Taking care of your skin is definitely important, and while there are countless products out there for skin-care, there are still plenty of myths that go around when it comes to this subject. Some of them might even end up doing more harm than good, so it’s important to see which ones are valid. Let’s start!
Myth #1: Treating pimples can be done with toothpaste
You’ve probably already seen the suggestion to use toothpaste in other ways than to clean your teeth. Some people claim that it’s a pretty good method to get rid of acne and to treat pimples, but how does toothpaste really stack up?
“There are no ingredients in toothpaste that make this method more effective than conventional treatments and over-drying and even burning can occur on skin from applying it to pimples,” dermatologist Dr. Anjali Mahto mentioned.
Myth #2: Cleansing your face with a powerful product is essential
It is most certainly important that dirt and oil are removed from your skin from time to time, as those can lead to a number of unappealing things such as rashes or clogged pores. However, it’s equally as important not to destroy your skin’s natural moisture and acidity.
“When you scrub your face, you’re taking off some of the protective oils and barriers, which tends to lead to rashes and even burns,” Dr. Sandy Johnson writes on WebMD.
In other words, a less powerful cleansing solution for your face is the way to go: stronger isn’t always better.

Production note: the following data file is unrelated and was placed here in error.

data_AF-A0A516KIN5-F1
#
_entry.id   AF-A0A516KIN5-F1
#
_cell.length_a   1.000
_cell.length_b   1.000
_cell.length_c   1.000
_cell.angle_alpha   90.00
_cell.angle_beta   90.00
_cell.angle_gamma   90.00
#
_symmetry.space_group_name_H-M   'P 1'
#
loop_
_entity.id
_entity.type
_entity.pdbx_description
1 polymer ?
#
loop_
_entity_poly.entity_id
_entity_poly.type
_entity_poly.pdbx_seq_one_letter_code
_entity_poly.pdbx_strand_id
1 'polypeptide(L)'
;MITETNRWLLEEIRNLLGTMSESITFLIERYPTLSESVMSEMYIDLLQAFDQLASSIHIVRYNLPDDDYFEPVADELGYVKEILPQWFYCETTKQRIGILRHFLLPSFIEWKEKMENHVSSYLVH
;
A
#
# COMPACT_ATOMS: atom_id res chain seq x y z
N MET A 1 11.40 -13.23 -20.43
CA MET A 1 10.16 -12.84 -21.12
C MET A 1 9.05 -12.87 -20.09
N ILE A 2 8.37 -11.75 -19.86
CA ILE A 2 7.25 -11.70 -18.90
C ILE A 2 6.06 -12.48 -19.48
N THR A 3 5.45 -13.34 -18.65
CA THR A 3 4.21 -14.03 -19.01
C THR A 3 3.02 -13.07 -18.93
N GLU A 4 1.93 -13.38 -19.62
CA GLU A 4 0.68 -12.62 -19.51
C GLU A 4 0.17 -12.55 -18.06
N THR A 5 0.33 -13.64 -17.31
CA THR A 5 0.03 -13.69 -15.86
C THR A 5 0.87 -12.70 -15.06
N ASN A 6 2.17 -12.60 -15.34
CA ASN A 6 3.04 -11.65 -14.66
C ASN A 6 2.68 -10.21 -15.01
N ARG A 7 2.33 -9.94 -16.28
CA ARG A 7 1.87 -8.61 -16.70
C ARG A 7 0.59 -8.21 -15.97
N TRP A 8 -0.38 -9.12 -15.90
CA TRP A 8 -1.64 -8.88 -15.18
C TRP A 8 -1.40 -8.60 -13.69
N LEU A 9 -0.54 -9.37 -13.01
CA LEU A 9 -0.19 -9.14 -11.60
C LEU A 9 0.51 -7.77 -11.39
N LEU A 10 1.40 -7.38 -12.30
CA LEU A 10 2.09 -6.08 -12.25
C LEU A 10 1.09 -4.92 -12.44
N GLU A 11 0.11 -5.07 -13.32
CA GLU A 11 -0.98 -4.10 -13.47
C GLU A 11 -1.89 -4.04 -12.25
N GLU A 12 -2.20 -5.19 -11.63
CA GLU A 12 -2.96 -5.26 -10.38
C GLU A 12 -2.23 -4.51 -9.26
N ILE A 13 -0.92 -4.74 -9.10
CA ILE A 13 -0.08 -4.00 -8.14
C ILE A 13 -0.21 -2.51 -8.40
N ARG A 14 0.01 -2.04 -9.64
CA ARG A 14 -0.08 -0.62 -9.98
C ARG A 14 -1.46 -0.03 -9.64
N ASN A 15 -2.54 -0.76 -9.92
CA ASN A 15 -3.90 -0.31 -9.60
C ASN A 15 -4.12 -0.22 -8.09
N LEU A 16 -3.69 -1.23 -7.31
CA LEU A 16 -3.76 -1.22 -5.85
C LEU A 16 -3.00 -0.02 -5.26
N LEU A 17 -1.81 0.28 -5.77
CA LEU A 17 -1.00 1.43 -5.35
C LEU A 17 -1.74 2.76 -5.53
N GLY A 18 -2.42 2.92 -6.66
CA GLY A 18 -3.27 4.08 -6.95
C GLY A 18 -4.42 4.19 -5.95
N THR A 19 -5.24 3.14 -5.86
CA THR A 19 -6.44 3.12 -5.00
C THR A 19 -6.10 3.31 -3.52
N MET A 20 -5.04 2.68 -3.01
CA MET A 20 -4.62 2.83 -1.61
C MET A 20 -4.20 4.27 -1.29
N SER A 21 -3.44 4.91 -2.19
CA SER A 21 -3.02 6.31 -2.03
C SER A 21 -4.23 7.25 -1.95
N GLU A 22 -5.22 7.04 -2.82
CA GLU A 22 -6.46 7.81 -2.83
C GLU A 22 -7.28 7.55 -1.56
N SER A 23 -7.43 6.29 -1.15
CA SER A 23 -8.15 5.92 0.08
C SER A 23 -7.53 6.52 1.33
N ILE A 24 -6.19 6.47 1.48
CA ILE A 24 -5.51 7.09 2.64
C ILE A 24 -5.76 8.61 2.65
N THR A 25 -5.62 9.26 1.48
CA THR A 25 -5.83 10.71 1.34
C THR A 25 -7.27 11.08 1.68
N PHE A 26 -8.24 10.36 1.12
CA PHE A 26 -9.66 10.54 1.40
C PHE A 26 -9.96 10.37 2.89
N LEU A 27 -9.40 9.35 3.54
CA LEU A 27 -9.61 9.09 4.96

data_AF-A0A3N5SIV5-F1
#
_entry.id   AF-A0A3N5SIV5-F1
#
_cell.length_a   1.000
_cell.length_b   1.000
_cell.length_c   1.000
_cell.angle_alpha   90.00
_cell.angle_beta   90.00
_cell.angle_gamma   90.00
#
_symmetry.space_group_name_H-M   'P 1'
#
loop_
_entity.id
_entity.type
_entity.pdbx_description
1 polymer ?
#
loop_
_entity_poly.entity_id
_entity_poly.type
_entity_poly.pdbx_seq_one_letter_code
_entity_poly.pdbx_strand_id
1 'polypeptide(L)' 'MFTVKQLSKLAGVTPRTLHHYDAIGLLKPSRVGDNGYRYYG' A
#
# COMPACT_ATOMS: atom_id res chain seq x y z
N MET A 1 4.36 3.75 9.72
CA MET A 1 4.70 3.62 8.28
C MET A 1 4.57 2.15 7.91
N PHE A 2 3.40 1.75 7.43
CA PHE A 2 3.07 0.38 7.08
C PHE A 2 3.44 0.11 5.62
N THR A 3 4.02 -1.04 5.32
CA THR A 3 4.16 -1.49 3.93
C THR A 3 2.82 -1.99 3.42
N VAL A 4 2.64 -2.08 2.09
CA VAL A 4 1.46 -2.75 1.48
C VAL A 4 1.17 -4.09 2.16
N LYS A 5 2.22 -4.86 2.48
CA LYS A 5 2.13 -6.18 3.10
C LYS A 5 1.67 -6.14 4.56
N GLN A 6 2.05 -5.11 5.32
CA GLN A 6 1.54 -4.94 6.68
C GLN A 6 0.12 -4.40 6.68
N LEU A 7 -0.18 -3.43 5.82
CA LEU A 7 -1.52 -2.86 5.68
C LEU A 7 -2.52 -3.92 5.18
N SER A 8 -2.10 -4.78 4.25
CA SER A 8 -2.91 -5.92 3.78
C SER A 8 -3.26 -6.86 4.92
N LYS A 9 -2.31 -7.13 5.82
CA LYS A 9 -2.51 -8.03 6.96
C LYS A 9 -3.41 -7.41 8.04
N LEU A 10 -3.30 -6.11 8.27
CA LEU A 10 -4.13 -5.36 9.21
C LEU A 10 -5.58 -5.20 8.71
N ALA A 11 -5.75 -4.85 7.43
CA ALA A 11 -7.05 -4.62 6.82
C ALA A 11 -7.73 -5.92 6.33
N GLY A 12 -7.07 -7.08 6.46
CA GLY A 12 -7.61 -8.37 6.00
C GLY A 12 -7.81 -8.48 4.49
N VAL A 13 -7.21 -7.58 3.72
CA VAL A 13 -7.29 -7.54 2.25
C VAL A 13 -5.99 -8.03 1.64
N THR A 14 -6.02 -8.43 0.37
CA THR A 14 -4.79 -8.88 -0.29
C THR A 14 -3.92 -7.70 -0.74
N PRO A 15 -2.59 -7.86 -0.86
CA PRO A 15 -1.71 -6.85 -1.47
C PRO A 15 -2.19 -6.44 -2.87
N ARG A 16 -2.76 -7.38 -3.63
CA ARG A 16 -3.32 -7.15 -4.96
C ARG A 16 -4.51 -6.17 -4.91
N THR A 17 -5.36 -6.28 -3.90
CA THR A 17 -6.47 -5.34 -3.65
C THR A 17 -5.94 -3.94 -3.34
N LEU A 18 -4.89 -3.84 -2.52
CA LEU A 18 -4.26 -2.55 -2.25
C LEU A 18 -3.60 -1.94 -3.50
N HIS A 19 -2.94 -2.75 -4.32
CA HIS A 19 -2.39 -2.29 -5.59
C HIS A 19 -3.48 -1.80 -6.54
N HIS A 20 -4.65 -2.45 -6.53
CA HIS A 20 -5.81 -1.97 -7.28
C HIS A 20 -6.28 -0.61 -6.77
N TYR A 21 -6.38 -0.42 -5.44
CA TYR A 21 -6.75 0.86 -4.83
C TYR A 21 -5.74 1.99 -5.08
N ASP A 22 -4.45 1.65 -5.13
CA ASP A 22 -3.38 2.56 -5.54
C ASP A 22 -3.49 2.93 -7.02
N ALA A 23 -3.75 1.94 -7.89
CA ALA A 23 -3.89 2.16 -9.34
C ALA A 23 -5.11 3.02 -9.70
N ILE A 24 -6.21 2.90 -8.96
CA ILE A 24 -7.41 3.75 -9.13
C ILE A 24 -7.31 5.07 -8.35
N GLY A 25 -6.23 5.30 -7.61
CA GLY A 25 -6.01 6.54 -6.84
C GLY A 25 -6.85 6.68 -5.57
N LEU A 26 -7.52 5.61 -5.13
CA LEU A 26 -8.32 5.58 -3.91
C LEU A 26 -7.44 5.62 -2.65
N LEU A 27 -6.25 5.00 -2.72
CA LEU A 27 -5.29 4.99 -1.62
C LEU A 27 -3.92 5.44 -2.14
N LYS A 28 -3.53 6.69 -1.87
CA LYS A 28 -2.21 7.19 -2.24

Myth #3: Popping a pimple does more harm than good
Even though many people will usually pop a pimple if it gets in the way, this myth is absolutely true. In the end, popping them will only end up making things worse.
Yes, you will be able to get rid of some of the pus, but most of it is punched deeper into your skin.
“When it goes in deeper, it causes more inflammation that can lead to scarring and spread under the skin. That’s why you’ll get another one a few days later close to the first one,” says Dr. Johnson.
However, if you really can’t resist popping a pimple, a comedone extractor is your best bet at removing it safely with minimal risk.
Myth #4: The higher the SPF value of sunscreen, the more you’re protected
In theory, sunscreen with a higher SPF value (sun protection factor) will indeed be able to protect against a higher percentage of UV rays, but the difference might be smaller than you think. The absolute minimum sunscreen you should use is SPF15, but doctors recommend a value of SPF30 as it is able to protect against 97 percent of all UV-rays. SPF50 takes it even further and handles 98 percent of all ultraviolet radiation, but the difference often isn’t worth the added price.
What isn’t true, however, is that you can use sunscreen with a higher SPF longer than one with a lower value. Both sunscreens will last for the same amount of time, the former just blocks more rays than the latter.
Myth #5: Tanning is a good method to prevent acne
This myth is mostly untrue. Spending too much time in the sun is never a good idea, and sunscreen protection is absolutely essential. Tanning will cause your skin to become significantly drier, which results in the body creating more oil. More body oil usually ends up in having more acne breakouts. However, a deeper tan will do a relatively good job of keeping unappealing spots hidden.
But concluding, don’t tan just to prevent or treat acne and pimples. And besides, too much sun or tanning can result in health problems far worse than a couple of pimples.
Myth #6: Skin treatments have to be determined on a person-by-person basis